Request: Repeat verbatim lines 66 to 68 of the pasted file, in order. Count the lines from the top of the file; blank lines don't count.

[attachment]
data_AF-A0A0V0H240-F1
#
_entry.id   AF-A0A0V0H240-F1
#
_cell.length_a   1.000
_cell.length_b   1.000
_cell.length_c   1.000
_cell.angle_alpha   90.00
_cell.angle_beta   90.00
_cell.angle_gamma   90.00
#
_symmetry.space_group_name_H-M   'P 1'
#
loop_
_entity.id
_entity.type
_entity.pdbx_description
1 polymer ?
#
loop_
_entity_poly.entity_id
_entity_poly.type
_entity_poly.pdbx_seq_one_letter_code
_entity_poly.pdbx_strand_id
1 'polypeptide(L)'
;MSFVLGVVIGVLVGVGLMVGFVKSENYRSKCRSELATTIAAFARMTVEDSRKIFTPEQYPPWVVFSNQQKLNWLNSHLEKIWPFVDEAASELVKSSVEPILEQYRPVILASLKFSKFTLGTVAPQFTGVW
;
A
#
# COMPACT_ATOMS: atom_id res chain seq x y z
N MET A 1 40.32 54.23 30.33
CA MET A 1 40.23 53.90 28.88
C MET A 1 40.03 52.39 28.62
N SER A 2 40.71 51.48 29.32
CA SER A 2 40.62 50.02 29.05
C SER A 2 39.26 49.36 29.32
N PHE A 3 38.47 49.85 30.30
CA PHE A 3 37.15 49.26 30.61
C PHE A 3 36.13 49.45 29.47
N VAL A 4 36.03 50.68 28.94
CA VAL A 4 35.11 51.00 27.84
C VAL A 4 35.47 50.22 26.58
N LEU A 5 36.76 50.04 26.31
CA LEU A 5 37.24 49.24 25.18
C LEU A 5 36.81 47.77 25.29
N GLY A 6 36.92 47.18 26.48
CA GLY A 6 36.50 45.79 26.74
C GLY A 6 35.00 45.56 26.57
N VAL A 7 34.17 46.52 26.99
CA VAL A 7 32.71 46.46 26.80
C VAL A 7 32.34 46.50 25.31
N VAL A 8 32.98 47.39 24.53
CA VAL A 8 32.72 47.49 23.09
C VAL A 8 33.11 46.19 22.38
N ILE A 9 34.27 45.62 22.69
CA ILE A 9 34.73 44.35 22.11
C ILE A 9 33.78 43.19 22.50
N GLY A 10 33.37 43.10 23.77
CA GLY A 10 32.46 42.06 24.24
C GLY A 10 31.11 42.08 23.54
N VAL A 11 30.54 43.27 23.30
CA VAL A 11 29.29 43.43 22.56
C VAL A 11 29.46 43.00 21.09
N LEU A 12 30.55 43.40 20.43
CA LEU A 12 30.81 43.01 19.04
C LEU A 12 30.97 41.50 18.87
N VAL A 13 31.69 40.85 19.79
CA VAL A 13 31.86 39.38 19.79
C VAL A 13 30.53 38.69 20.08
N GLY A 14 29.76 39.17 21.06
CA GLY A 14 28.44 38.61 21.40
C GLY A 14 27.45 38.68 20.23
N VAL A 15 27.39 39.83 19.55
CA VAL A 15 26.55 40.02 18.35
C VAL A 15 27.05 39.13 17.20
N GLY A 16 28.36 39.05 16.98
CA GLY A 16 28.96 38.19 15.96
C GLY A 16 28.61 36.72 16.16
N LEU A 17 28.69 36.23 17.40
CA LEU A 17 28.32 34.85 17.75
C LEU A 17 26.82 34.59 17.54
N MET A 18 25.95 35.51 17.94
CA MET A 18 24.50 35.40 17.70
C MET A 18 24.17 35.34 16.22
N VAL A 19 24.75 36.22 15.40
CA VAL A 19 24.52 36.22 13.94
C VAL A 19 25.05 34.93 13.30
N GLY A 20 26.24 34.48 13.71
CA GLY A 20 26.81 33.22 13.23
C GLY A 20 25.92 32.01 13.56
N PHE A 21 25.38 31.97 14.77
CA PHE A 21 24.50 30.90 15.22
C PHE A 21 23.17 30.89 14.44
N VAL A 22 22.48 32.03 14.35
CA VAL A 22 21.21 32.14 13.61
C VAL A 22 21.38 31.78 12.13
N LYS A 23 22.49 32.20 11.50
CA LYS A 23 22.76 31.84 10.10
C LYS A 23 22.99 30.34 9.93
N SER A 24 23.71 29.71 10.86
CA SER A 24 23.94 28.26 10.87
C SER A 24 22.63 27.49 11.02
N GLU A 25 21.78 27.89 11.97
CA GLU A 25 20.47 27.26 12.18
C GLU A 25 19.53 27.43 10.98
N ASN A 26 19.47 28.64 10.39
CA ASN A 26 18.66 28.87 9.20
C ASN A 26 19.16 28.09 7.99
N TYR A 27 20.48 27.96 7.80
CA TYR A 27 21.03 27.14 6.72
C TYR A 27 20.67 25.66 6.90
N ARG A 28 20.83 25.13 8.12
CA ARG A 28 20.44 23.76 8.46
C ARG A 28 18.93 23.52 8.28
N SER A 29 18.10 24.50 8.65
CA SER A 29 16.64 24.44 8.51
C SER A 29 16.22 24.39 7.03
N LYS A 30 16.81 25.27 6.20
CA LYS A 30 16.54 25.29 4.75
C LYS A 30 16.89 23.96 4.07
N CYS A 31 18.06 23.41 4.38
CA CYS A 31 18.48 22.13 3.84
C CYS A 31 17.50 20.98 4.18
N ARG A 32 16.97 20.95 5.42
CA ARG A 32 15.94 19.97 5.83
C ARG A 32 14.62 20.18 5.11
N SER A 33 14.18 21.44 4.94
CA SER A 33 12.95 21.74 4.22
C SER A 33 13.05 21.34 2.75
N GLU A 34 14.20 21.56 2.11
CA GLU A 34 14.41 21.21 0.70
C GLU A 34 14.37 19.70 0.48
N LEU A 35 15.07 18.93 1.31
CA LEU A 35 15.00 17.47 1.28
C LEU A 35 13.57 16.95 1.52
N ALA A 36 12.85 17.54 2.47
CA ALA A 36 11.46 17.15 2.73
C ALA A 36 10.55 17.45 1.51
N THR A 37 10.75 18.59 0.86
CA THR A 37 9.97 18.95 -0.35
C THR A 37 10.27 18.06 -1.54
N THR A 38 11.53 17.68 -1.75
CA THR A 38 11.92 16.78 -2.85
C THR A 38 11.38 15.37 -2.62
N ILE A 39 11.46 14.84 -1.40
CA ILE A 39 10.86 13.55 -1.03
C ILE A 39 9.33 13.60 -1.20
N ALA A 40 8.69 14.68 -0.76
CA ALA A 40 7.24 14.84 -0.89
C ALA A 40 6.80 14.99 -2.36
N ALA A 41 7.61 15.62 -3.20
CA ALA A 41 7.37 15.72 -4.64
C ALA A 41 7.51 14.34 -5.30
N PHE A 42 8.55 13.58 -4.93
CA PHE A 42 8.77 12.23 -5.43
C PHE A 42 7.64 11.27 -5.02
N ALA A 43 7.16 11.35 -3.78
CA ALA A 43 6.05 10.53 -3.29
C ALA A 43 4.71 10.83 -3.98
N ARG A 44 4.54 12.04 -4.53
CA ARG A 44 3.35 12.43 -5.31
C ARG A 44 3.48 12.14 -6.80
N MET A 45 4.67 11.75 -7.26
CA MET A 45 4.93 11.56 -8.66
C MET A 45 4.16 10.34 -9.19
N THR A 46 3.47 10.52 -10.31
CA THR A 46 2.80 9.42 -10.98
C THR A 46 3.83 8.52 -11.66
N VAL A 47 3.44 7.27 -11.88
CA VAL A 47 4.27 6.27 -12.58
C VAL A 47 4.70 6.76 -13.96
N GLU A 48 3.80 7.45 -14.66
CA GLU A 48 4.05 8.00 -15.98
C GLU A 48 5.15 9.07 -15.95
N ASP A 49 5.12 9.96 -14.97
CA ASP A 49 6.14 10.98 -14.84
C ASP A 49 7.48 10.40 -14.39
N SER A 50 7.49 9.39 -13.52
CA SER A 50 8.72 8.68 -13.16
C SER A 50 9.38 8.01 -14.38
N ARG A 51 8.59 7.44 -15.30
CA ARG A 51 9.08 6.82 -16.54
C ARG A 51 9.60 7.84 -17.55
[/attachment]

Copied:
C LEU A 12 30.97 41.50 18.87
N VAL A 13 31.69 40.85 19.79
CA VAL A 13 31.86 39.38 19.79